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Entered according to Act of Congress, in the year 1846, by
JAMES MUNROE AND COMPANY, in the Clerk's Office of the District Court of the District of Massachusetts.
31, Devonshire Street.
PREFACE TO THE AMERICAN EDITION.
But few words need be wasted in introducing to American readers a man so great and self-sufficing as Fichte was: so thoroughly able to speak for himself. Only a kindly sentence or two, to make us feel perfectly at home in his company, and to mark the particular coincidence of his genius with our present literary wants and prospects.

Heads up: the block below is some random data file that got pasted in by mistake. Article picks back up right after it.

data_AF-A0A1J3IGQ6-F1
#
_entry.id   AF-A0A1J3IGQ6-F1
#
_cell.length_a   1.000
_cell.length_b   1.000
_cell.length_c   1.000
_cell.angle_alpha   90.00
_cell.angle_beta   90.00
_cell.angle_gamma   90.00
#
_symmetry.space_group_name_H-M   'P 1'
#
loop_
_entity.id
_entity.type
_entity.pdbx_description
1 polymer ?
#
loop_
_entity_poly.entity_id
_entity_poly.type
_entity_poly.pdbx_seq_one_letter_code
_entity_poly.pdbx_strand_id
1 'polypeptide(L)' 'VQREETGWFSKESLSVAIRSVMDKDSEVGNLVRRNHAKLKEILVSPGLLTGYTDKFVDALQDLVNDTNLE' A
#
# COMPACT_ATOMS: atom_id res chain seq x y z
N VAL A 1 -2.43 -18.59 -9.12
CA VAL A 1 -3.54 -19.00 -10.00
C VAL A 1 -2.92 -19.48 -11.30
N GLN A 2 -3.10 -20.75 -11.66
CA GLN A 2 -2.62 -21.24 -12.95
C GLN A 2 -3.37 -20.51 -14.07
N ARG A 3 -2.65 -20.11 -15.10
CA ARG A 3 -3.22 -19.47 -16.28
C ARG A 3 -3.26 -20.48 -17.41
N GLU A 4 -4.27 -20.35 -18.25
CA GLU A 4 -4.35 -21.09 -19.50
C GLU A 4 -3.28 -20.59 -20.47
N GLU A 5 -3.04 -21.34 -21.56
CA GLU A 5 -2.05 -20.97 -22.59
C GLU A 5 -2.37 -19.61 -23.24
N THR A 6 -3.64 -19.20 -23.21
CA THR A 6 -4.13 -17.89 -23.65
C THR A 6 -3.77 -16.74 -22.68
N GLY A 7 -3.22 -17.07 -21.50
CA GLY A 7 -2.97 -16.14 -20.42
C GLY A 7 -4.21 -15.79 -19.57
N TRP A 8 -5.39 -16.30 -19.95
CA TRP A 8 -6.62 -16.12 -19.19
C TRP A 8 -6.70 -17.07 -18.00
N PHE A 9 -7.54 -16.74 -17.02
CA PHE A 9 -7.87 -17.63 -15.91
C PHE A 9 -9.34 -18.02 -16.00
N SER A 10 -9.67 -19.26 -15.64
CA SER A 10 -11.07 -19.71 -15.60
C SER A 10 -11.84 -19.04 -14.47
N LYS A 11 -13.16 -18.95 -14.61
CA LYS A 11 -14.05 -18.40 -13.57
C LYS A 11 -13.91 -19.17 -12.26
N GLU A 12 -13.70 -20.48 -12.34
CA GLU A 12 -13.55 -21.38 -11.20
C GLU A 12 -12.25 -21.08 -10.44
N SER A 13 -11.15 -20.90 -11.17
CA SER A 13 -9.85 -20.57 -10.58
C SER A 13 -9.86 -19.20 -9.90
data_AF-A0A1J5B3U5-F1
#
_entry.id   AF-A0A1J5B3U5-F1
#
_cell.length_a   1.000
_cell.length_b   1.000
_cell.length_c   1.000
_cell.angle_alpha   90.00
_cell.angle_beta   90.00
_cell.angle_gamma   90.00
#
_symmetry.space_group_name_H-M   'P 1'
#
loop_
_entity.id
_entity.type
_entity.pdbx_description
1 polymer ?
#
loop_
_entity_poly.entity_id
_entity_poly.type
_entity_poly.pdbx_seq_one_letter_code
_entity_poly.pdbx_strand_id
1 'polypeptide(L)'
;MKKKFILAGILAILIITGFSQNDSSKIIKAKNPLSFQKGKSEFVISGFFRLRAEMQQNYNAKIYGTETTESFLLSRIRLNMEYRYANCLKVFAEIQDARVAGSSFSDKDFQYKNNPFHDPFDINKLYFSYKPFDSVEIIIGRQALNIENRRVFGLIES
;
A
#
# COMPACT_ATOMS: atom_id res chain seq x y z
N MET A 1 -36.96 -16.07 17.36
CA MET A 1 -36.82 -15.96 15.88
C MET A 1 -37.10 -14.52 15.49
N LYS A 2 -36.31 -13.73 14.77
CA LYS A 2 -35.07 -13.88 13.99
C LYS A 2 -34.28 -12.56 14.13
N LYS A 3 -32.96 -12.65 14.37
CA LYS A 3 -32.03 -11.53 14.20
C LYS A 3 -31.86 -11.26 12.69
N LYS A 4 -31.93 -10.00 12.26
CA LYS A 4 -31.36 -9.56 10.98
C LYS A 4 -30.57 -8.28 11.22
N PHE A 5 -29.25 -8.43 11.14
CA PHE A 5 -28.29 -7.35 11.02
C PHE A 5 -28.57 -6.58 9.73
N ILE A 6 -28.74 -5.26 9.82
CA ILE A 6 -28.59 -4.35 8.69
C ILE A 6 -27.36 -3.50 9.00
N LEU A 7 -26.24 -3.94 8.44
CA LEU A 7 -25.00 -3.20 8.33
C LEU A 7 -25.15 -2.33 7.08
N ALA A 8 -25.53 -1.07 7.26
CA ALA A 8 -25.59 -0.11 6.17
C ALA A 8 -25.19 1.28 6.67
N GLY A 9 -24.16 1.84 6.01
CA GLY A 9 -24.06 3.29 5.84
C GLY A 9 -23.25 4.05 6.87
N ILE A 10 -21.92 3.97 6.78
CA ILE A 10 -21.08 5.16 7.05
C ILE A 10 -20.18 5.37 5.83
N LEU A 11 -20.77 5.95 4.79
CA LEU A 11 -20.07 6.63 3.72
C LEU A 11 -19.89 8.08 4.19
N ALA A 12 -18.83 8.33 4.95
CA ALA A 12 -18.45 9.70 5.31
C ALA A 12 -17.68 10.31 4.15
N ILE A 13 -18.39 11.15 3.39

We shall welcome him because he was a man of action : and we need him because he was a man of thought. Nowhere can we find so grand a specimen of complete har. mony of speculation and practice, such a healthy, sinewy nature, constantly proving all his problems by the heroism of daily life. Goethe spent eighty years in self-culture : Schiller wore himself out with asking Pilate’s question, and his results were always æsthetic : Schelling rebuked Fichte for deserting the scholar's province, and carrying out speculation to its ultimates. But that very idea was the best in Fichte's possession — if it did not rather possess him namely, that the moral order of the Universe was the object of life. He stood ready to prove this by syllogism or by sacrifice: not only by an irreproachable character, but by deeds of great note in their time. And these were not forced upon him by circumstance or position, or merely assumed as stints, but they were elements of him and of his system : the necessary results of the man, as much as